Environmental factors exert important influences on cancer development in humans. Cancer is now one of the major causes of death in our country, and it is necessary to search for mutagens and carcinogens in our environment to obtain information for evaluation of relationships with cancer patterns. My group has been involved in the identification of novel types of environmental mutagens and carcinogens and also in the study of mechanisms underlying colon carcinogenesis in rodents. The following results were obtained: 1) various kinds of mutagenic and carcinogenic heterocyclic amines were identified in cooked foods; 2) aminophenylnorharman was identified as a mutagenic compound formed from norharman and aniline in the presence of S9 mix; 3) mutagens and carcinogens were shown to be produced by the reaction of environmental aromatic compounds with nitrite; 4) eight kinds of phenylbenzotriazole compounds were isolated and identified as mutagens from river water in Japan; 5) enhancing effects of hyperlipidemia were demonstrated in intestinal carcinogenesis. In this review, roles of environmental factors in cancer development and related approaches to possible cancer prevention in humans are discussed.
Carcinogenic and mutagenic N-nitrosodialkylamines exist in our environment. In order to study the biological and chemical properties of the activated form of carcinogenic N-nitrosodialkylamines, highly unstable α-hydroxy nitrosamines were synthesized through deoxygenation of the corresponding α-hydroperoxy nitrosamines. Furthermore, active nitrosamines such as α-hydroperoxy, α-phosphonooxy, and α-acetoxy nitrosamines were also synthesized along with alkanediazohydroxides, which are activated products of α-hydroxy nitrosamines. The activity of all these active nitrosamines is highly dependent upon the alkyl groups in the N-nitrosodialkylamines. We demonstrate that α-hydroxylation is the key step in the metabolic activation of N-nitrosodialkylamines. Using chemical models for cytochrome P450, we isolated a mutagenic agent capable of alkylating DNA. Based on the chemistry of N-nitrosamines, we found some new possible anticancer lead compounds that have an N-nitroso group as an alkylating moiety and tricyclic aromatic rings as a DNA intercalating moiety.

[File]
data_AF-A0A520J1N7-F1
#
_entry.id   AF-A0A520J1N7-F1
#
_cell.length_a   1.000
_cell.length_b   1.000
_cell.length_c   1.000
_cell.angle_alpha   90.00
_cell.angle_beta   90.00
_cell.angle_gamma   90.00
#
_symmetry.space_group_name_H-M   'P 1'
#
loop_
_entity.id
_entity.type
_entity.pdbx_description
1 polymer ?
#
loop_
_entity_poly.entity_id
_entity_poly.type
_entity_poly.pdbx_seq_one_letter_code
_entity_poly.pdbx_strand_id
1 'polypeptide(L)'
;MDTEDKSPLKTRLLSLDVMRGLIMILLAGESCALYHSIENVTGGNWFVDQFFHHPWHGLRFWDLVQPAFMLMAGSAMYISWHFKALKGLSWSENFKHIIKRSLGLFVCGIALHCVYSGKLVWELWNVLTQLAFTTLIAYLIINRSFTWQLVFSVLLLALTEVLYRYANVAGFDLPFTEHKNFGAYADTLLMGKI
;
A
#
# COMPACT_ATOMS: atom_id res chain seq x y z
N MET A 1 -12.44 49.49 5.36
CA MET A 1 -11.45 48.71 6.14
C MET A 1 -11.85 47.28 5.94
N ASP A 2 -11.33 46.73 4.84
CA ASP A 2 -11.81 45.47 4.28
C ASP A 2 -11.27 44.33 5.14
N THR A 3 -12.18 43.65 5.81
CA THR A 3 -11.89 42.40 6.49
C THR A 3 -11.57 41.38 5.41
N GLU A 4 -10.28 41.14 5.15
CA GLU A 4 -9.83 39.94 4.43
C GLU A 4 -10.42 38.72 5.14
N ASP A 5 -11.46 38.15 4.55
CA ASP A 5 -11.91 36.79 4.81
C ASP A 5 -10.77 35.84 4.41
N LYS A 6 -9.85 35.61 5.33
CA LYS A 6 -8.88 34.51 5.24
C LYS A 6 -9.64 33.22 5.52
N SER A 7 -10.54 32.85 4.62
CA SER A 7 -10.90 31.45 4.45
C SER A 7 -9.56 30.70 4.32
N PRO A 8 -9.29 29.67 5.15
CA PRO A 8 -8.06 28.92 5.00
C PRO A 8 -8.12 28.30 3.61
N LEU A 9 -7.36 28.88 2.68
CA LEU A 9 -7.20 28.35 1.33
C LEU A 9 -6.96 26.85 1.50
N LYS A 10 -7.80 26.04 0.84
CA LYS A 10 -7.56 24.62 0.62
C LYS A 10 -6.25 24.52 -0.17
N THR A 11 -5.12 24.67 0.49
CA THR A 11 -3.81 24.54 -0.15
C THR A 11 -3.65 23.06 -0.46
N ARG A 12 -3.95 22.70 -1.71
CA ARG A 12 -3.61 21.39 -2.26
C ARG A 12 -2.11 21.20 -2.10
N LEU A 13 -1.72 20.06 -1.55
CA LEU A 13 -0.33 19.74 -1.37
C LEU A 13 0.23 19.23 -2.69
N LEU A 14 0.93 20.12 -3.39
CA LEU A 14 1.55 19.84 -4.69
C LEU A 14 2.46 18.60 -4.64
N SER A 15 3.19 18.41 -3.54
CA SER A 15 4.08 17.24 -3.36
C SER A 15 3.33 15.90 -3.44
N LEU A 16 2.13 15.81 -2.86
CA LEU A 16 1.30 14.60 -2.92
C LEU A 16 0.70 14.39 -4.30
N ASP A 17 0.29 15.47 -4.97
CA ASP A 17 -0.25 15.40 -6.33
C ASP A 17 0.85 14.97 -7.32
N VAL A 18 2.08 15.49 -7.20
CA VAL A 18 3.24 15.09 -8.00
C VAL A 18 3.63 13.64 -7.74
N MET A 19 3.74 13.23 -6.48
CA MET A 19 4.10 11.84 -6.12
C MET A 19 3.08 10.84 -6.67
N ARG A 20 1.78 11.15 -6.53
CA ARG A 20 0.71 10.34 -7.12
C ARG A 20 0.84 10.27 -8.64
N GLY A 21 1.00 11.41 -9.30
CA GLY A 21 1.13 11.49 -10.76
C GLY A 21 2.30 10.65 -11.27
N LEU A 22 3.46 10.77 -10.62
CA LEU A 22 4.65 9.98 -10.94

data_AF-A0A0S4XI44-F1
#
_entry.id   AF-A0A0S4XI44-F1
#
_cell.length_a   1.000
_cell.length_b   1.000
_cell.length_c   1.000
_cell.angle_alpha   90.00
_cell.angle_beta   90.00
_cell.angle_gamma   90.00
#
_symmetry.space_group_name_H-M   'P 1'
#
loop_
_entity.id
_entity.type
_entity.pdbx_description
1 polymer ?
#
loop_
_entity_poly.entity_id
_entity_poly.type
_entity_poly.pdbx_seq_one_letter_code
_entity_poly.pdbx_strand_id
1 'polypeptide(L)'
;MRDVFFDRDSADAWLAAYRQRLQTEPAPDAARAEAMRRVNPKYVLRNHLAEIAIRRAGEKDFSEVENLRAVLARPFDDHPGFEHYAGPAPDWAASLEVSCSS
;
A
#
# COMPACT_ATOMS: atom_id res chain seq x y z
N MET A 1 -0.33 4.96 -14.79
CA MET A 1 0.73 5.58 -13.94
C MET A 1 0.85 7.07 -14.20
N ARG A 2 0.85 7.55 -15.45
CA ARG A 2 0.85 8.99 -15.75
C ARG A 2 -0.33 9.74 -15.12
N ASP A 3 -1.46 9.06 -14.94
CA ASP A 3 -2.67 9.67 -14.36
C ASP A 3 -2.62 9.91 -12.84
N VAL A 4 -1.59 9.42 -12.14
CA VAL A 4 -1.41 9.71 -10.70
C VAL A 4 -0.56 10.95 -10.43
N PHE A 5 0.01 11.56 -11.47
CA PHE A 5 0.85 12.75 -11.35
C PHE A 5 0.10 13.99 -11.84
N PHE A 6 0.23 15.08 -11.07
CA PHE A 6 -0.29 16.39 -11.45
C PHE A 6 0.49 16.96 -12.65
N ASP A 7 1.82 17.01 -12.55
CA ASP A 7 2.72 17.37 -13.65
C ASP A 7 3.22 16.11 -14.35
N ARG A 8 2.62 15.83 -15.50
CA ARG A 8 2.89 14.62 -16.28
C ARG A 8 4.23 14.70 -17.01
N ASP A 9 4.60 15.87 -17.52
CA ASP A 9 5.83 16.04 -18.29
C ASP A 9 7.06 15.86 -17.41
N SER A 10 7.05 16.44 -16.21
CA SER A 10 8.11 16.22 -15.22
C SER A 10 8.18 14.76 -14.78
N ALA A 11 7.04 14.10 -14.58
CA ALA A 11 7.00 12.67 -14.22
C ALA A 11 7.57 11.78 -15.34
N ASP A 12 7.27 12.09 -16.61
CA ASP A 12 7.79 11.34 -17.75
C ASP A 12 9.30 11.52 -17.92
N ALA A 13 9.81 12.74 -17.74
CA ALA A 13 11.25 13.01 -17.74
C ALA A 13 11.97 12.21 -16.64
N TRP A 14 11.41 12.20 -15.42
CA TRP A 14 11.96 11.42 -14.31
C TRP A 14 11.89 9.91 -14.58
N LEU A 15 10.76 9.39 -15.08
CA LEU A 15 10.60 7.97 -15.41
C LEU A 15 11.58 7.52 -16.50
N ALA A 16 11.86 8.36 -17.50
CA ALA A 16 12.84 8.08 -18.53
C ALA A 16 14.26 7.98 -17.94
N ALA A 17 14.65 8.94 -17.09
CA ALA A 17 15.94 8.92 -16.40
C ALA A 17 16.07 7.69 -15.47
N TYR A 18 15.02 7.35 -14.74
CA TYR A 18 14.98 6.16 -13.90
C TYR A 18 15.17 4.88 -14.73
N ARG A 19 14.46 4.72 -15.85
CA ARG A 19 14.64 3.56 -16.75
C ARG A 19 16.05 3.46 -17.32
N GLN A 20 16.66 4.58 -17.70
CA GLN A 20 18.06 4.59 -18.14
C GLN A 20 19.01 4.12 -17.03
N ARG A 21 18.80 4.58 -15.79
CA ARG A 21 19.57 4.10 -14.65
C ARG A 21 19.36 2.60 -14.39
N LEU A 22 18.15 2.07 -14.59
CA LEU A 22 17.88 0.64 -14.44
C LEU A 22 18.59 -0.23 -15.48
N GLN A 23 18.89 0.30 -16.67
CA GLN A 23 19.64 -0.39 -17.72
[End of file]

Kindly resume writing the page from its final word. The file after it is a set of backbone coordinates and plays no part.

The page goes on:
Transgenic rodent mutation assays are useful models for investigating the genotoxicity of chemicals in vivo. Transgenic gpt delta mice contain multiple copies of chromosomally integrated lambda EG10 phage shuttle vector, which contains reporter genes that allow detection of mutations. This system can identify both point mutations by the gpt assay (6-thioguanine selection) and certain types of deletions using the Spi− assay. Transgenic gpt delta rats, which have the same lambda EG10 DNA copies as gpt delta mice, have also been developed. The average spontaneous gpt mutant frequency (MF) in both gpt delta mice and rats is approximately 4.5×10-6. In the Spi− assay, the average spontaneous Spi− MF is approximately 2.7×10-6 in gpt delta mice, similar to that of gpt delta rats. More than 20 chemicals and irradiations have been analyzed with these systems, and this review summarizes the MFs and treatment conditions. The data demonstrate that these transgenic rodent models are useful for detection and analysis of point mutations and deletions in vivo.
Variants of the error-prone gene, mucAB, were found in Escherichia coli plasmids from 3 out of 63 healthy Japanese donors. As compared with mucAB of pKM101, one contained unaltered mucA only, while two others contained full-sized, mutated mucAB with mutation-enhancing activity in E. coli. Possible interaction between bacterial plasmid genes and host humans was discussed.
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